A semitruck carrying five elephants held captive by a European circus company overturned along a highway in Spain recently. The tragic accident took the lives of one of the elephants. The four survivors were injured and disoriented as traffic backed up around them.

The aftermath shut down the road for more than an hour. The pictures of the incident has spread quickly on the internet. These photos expose the dangers faced by animals taken from place to place for people’s entertainment.

Twitter/Gregorio Serrano

It was a heart-breaking scene.

The surviving elephants remained calm as first responders rushed to their sides. Most of them were seen gathering close together for comfort.

Twitter/Bomberos AB

WARNING: Graphic image below

Two of the elephants were seriously wounded. One of them was bleeding from abrasions resulting from her spill on the roadway.

Three of them were able to walk; they were rounded up and transported to safety. The fourth had an injured foot and need the help of a crane.

Before the body of the lifeless elephant was carried away, two spectators voiced their grief about the loss.

“I don’t know these two people, but their actions right now deserve the greatest respect,” firefighters responding to the incident wrote on Twitter.

The surviving elephants were transported to a nearby veterinary facility for treatment.

A petition has been started by the activists from Spain’s Animalist Party Against Mistreatment of Animals (PACMA). They are asking the government to grant a reprieve to the four remaining elephants to prevent their return to the circus that owns them. They are also calling for an end to the exploitation of animals like them.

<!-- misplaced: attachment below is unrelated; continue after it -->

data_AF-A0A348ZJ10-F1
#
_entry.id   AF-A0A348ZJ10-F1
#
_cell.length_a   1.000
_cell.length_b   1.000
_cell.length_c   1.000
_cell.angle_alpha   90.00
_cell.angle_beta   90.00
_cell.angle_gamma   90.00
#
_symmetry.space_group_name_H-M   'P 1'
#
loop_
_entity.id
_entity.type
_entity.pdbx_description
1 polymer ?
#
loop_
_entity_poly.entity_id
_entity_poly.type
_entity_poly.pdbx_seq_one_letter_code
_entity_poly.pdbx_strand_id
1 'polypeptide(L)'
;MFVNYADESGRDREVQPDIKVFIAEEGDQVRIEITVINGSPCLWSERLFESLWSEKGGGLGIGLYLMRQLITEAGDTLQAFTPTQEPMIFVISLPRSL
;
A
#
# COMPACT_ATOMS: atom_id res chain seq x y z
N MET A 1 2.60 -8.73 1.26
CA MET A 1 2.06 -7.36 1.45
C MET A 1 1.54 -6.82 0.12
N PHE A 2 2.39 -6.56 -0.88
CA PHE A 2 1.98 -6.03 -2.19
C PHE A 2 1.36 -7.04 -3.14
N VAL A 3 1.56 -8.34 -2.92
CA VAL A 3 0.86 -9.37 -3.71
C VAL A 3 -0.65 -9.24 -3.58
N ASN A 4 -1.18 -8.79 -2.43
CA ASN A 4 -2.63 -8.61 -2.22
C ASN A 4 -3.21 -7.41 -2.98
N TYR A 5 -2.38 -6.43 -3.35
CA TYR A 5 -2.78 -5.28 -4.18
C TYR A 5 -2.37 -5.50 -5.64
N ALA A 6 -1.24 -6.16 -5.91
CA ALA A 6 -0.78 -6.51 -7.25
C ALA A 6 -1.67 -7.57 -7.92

“The life of a circus animal is hell. They live in deplorable conditions and no other party does anything for them. It is time to open our eyes to the cruelty of this sector,” Silvia Barquero, president of PACMA, said in a press release. “An accident on the highway is not the place where anyone wants to see an elephant. But the animals would not cross hoops of fire, walk on two legs or ride a bike, except for fear of reprisals that involves not doing so.”

PACMA later shared these pictures of the elephants from their last performance.

Over 60,000 people have signed PACMA’s petition.

Such accidents involving circus animals is much more frequent than we think. Last September, a tiger belonging to a former Ringling Bros. circus trainer was shot and killed by police after escaping a transport vehicle.

“This incident sadly illustrates just some of the immense risks and suffering caused by keeping exotic wild animals in captivity for entertainment,” Elizabeth Hogan, U.S. wildlife campaign manager for World Animal Protection, said. “The use of wild animals for entertainment causes immense animal suffering at every stage.”

Once the biggest circus in the USA, Ringling Bros. has since been shut down because of pressure from the public pressure. Sadly, many animals are still being forced to perform elsewhere. As long as this continues, incidents like this one will continue too.

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